'An Agonizing Experience In Every Category I Can Think Of'

Ebert goes in on Shyamalan's The Last Airbender:

The dialogue is couched in unspeakable quasi-medieval formalities; the characters are so portentous they seem to have been trained for grade school historical pageants. Their dialogue is functional and action-driven. There is little conviction that any of this might be real even in their minds. All of the benders in the movie appear only in terms of their attributes and functions, and contain no personality.
Chris Orr's review here.

I still defend Unbreakable.
Presented by

Ta-Nehisi Coates is a national correspondent at The Atlantic, where he writes about culture, politics, and social issues. He is the author of the memoir The Beautiful Struggle.

Never Tell People How Old They Look

Age discrimination affects us all. Who cares about youth? James Hamblin turns to his colleague Jeffrey Goldberg for advice.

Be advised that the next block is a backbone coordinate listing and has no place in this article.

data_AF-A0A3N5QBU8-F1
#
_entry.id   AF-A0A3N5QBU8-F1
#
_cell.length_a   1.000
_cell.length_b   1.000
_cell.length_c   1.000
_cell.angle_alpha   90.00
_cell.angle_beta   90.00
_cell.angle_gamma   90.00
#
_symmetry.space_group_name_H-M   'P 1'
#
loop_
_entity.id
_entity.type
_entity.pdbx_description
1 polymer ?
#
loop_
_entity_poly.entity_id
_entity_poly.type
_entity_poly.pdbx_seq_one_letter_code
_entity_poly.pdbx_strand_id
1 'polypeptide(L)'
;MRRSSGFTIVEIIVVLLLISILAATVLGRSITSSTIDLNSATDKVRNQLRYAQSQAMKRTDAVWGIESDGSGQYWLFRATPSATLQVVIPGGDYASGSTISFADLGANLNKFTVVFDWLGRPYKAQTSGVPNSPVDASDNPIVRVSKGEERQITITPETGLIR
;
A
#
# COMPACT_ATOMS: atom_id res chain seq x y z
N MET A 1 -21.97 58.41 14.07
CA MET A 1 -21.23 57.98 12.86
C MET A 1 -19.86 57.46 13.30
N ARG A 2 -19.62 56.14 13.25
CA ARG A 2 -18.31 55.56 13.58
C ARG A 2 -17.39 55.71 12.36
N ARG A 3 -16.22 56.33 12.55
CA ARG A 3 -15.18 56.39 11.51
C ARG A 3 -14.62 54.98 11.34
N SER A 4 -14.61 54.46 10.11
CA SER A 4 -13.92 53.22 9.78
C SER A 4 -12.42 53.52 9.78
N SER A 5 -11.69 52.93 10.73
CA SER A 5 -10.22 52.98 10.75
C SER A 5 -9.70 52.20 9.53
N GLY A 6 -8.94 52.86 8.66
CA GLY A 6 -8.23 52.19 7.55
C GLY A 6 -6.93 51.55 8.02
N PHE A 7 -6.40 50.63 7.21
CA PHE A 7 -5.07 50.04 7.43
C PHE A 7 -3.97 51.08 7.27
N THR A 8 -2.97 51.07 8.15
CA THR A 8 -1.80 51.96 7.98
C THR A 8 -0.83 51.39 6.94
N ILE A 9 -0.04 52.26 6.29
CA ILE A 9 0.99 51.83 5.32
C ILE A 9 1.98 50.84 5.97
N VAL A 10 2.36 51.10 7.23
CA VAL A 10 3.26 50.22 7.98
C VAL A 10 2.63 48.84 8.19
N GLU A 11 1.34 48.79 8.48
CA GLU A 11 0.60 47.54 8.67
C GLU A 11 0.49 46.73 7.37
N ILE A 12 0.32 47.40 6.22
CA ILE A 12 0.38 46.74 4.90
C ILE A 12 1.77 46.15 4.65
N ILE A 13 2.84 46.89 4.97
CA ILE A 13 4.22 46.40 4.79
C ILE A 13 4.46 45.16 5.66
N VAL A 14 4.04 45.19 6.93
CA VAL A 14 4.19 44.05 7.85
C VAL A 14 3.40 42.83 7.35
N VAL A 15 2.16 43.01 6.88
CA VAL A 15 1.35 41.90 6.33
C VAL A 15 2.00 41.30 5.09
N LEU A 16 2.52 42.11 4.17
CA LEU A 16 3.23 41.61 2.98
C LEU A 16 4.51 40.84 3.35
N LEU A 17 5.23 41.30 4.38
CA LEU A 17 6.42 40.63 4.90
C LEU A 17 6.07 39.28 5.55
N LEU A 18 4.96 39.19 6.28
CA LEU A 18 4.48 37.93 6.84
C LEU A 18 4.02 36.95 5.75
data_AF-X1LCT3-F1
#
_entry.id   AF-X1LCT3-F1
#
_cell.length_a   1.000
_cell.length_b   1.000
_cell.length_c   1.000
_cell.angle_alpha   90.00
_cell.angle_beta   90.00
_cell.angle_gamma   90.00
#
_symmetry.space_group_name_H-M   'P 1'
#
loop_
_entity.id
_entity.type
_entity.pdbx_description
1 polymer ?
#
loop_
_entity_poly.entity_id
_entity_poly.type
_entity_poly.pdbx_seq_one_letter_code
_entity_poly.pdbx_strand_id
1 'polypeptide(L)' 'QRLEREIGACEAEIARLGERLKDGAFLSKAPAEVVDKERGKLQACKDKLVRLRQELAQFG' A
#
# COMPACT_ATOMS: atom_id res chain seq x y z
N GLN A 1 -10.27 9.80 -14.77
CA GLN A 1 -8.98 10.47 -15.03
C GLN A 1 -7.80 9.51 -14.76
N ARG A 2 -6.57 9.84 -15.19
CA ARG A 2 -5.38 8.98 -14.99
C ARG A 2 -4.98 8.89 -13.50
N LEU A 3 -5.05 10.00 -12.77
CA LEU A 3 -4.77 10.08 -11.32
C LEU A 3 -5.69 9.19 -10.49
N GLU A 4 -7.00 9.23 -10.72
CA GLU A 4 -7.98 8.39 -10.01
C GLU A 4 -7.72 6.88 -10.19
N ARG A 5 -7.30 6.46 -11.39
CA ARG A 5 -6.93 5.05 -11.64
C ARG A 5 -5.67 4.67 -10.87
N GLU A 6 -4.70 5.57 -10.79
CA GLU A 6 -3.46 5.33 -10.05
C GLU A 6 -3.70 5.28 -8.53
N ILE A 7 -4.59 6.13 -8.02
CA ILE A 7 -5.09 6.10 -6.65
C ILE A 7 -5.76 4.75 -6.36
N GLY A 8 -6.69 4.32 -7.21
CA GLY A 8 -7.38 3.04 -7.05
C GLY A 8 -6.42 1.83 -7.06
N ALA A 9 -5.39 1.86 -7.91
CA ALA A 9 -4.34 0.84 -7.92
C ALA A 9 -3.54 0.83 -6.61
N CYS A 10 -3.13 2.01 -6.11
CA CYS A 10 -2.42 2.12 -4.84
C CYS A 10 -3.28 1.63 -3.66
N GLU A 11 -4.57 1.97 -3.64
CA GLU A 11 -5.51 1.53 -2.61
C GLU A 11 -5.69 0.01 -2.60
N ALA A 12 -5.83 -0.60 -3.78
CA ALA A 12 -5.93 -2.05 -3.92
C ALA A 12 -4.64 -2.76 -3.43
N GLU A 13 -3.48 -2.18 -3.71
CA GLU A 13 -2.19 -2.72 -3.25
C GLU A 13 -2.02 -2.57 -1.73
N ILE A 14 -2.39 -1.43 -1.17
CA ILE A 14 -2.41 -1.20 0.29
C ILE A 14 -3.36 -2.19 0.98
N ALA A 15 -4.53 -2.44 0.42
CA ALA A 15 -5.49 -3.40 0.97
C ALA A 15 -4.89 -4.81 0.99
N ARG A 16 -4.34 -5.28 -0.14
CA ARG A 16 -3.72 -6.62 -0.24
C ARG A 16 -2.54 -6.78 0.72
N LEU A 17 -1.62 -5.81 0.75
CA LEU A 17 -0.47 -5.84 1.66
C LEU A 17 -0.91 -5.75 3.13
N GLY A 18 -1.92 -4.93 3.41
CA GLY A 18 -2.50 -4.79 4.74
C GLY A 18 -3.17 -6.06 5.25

Join the Discussion

After you comment, click Post. If you’re not already logged in you will be asked to log in or register.

blog comments powered by Disqus

Video

Never Tell People How Old They Look

Age discrimination affects us all. James Hamblin turns to a colleague for advice.

Video

Would You Live in a Treehouse?

A treehouse can be an ideal office space, vacation rental, and way of reconnecting with your youth.

Video

Pittsburgh: 'Better Than You Thought'

How Steel City became a bikeable, walkable paradise

Video

A Four-Dimensional Tour of Boston

In this groundbreaking video, time moves at multiple speeds within a single frame.

Video

Who Made Pop Music So Repetitive? You Did.

If pop music is too homogenous, that's because listeners want it that way.

More in Entertainment

From This Author

Just In